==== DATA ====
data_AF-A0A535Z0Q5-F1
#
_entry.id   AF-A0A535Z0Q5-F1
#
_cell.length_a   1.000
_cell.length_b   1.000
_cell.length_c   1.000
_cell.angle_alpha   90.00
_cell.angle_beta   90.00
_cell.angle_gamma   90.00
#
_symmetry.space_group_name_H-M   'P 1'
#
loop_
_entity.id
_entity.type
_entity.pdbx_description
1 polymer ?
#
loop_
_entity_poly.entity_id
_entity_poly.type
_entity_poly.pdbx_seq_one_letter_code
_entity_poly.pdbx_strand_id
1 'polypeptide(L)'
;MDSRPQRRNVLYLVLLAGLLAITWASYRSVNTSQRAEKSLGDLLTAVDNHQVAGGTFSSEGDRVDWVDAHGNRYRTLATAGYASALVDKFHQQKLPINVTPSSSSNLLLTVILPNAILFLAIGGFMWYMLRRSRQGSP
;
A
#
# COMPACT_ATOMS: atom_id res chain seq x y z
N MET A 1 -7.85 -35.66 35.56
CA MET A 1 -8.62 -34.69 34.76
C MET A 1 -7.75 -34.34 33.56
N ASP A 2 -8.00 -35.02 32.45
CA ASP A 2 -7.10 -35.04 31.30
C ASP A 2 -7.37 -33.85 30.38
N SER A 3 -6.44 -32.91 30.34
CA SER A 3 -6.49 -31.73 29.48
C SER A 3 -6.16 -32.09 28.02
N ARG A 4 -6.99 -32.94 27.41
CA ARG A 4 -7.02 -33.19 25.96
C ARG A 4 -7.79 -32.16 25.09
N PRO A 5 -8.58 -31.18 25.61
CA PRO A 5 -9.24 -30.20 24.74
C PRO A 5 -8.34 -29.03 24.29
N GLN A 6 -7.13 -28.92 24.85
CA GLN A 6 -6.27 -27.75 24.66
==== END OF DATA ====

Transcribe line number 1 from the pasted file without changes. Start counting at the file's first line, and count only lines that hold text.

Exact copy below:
data_AF-A0A535Z0Q5-F1